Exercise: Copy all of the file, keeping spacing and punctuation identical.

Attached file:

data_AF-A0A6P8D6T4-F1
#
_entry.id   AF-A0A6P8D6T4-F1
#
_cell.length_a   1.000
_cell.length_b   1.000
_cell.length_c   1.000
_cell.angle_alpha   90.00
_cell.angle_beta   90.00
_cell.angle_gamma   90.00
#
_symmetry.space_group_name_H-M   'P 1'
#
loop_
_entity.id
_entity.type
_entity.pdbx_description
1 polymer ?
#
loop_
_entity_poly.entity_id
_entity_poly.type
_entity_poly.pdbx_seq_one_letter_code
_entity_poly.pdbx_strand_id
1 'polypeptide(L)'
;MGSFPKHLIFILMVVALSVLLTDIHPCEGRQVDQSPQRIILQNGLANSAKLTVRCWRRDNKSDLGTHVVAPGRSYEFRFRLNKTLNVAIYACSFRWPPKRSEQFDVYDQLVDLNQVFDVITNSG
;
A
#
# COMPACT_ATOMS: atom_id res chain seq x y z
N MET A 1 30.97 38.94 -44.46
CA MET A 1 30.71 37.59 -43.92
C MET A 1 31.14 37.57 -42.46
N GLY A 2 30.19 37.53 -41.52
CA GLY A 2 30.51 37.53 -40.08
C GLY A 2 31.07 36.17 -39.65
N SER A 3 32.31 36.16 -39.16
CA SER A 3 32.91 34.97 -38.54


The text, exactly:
data_AF-A0A6P8D6T4-F1
#
_entry.id   AF-A0A6P8D6T4-F1
#
_cell.length_a   1.000
_cell.length_b   1.000
_cell.length_c   1.000
_cell.angle_alpha   90.00
_cell.angle_beta   90.00
_cell.angle_gamma   90.00
#
_symmetry.space_group_name_H-M   'P 1'
#
loop_
_entity.id
_entity.type
_entity.pdbx_description
1 polymer ?
#
loop_
_entity_poly.entity_id
_entity_poly.type
_entity_poly.pdbx_seq_one_letter_code
_entity_poly.pdbx_strand_id
1 'polypeptide(L)'
;MGSFPKHLIFILMVVALSVLLTDIHPCEGRQVDQSPQRIILQNGLANSAKLTVRCWRRDNKSDLGTHVVAPGRSYEFRFRLNKTLNVAIYACSFRWPPKRSEQFDVYDQLVDLNQVFDVITNSG
;
A
#
# COMPACT_ATOMS: atom_id res chain seq x y z
N MET A 1 30.97 38.94 -44.46
CA MET A 1 30.71 37.59 -43.92
C MET A 1 31.14 37.57 -42.46
N GLY A 2 30.19 37.53 -41.52
CA GLY A 2 30.51 37.53 -40.08
C GLY A 2 31.07 36.17 -39.65
N SER A 3 32.31 36.16 -39.16
CA SER A 3 32.91 34.97 -38.54